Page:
With instant touch, the Lori's scarlet plumes.
So smiles the scene;--but can its smiles impart
Aught to console yon mourning warrior's heart?
He heeds not now, when beautifully bright,
The humming-bird is circling in his sight;
Nor ev'n, above his head, when air is still,
Hears the green woodpecker's resounding bill;
But gazing on the rocks and mountains wild,
Rock after rock, in glittering masses piled
To the volcano's cone, that shoots so high
Gray smoke whose column stains the cloudless sky,
He cries, Oh! if thy spirit yet be fled
To the pale kingdoms of the shadowy dead,--
In yonder tract of purest light above,
Dear long-lost object of a father's love,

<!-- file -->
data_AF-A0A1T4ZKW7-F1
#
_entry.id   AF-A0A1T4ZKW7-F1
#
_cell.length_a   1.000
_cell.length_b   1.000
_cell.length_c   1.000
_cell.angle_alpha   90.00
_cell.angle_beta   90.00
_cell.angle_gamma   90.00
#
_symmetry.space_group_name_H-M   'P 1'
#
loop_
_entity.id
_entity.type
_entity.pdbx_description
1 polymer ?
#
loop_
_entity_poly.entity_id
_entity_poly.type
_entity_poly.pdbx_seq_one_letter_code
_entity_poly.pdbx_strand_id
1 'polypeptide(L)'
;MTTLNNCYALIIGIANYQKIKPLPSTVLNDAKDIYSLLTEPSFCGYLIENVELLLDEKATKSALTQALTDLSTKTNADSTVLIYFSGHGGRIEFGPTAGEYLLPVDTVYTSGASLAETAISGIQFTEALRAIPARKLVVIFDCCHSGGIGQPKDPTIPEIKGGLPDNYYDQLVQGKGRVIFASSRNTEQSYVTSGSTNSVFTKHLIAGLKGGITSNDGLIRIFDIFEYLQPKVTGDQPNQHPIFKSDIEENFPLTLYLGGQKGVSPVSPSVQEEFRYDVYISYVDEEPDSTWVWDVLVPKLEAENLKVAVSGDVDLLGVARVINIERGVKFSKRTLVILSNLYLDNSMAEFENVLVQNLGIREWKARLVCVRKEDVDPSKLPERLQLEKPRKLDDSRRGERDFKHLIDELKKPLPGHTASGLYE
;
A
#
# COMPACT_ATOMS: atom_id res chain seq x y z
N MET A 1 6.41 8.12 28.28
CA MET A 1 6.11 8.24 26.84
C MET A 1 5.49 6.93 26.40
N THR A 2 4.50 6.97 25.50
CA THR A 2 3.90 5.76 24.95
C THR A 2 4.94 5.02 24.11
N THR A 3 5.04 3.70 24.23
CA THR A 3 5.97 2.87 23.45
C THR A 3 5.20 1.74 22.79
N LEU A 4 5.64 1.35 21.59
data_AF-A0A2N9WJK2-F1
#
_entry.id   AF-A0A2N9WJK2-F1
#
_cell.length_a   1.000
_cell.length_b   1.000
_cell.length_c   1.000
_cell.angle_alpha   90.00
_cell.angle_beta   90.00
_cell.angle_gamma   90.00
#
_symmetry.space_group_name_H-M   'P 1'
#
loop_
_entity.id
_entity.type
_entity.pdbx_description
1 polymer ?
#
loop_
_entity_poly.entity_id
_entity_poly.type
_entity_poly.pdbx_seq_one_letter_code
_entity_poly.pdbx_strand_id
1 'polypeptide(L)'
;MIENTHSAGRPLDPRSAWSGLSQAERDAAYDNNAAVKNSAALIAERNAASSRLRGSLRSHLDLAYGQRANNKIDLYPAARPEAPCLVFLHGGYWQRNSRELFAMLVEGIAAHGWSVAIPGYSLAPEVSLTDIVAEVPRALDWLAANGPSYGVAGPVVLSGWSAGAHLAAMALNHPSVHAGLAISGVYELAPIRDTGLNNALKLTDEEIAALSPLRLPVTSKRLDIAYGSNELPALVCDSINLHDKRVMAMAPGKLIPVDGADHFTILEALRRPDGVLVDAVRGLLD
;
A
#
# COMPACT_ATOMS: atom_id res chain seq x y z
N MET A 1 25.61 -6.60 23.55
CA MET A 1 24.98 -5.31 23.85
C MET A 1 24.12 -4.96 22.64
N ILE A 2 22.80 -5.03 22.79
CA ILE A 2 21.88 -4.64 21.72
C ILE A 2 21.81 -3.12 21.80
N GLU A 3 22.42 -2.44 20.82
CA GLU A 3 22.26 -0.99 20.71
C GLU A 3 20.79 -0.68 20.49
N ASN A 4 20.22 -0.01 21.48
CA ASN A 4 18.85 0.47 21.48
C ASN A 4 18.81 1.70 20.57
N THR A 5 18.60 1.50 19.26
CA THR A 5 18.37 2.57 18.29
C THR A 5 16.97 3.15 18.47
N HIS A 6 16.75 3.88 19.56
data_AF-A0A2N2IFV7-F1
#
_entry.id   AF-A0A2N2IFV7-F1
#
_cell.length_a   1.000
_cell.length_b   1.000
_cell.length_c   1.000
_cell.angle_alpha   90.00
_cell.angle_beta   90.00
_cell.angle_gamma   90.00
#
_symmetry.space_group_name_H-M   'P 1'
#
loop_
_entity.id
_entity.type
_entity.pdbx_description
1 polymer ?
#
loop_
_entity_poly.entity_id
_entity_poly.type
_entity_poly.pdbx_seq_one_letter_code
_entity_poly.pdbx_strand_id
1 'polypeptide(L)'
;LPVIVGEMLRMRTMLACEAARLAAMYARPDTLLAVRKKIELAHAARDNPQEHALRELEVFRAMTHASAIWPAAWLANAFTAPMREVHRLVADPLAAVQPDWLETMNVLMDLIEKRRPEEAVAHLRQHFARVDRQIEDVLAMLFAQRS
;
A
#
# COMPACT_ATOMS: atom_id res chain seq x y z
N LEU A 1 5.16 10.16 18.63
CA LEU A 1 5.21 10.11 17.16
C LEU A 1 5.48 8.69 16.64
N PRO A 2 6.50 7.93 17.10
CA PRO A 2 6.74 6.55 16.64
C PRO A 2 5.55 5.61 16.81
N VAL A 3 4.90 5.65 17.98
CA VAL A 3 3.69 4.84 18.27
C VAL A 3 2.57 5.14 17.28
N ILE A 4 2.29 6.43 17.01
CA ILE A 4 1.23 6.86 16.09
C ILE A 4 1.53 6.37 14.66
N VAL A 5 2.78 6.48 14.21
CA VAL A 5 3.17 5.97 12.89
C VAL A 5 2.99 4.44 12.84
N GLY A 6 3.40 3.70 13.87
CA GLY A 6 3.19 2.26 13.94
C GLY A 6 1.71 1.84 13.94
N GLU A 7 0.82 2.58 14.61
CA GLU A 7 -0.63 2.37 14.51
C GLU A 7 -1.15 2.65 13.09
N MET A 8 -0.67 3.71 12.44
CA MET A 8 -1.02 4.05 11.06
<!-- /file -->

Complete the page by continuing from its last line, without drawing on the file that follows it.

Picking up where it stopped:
Dost thou abide; or like a shadow come,
Circling the scenes of thy remembered home,
And passing with the breeze, or, in the beam
Of evening, light the desert mountain stream!
Or at deep midnight are thine accents heard,
In the sad notes of that melodious bird,
Which, as we listen with mysterious dread,
Brings tidings from our friends and fathers dead?
Perhaps, beyond those summits, far away,
Thine eyes yet view the living light of day;
Sad, in the stranger's land, thou may'st sustain
A weary life of servitude and pain,
With wasted eye gaze on the orient beam,
And think of these white rocks and torrent stream,
Never to hear the summer cocoa wave,
Or weep upon thy father's distant grave.
Ye, who have waked, and listened with a tear,
When cries confused, and clangours rolled more near;
With murmured prayer, when Mercy stood aghast,
As War's black trump pealed its terrific blast,